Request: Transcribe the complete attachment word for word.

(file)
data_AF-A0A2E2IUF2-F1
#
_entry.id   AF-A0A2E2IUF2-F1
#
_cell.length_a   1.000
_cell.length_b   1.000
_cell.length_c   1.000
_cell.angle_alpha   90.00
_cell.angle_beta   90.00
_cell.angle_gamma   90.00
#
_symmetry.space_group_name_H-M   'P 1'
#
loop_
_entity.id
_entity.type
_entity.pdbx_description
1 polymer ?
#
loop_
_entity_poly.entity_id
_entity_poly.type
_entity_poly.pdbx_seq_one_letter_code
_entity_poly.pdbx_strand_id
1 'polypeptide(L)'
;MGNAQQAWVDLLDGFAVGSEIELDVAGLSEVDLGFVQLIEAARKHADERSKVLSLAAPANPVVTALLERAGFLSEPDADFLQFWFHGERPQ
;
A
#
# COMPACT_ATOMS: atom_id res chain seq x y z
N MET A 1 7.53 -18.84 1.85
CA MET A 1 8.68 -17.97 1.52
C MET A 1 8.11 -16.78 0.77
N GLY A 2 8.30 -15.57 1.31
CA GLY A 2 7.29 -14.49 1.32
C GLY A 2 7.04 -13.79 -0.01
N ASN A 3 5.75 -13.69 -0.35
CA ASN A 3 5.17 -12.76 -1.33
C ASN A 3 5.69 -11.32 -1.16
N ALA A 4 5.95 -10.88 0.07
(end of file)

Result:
data_AF-A0A2E2IUF2-F1
#
_entry.id   AF-A0A2E2IUF2-F1
#
_cell.length_a   1.000
_cell.length_b   1.000
_cell.length_c   1.000
_cell.angle_alpha   90.00
_cell.angle_beta   90.00
_cell.angle_gamma   90.00
#
_symmetry.space_group_name_H-M   'P 1'
#
loop_
_entity.id
_entity.type
_entity.pdbx_description
1 polymer ?
#
loop_
_entity_poly.entity_id
_entity_poly.type
_entity_poly.pdbx_seq_one_letter_code
_entity_poly.pdbx_strand_id
1 'polypeptide(L)'
;MGNAQQAWVDLLDGFAVGSEIELDVAGLSEVDLGFVQLIEAARKHADERSKVLSLAAPANPVVTALLERAGFLSEPDADFLQFWFHGERPQ
;
A
#
# COMPACT_ATOMS: atom_id res chain seq x y z
N MET A 1 7.53 -18.84 1.85
CA MET A 1 8.68 -17.97 1.52
C MET A 1 8.11 -16.78 0.77
N GLY A 2 8.30 -15.57 1.31
CA GLY A 2 7.29 -14.49 1.32
C GLY A 2 7.04 -13.79 -0.01
N ASN A 3 5.75 -13.69 -0.35
CA ASN A 3 5.17 -12.76 -1.33
C ASN A 3 5.69 -11.32 -1.16
N ALA A 4 5.95 -10.88 0.07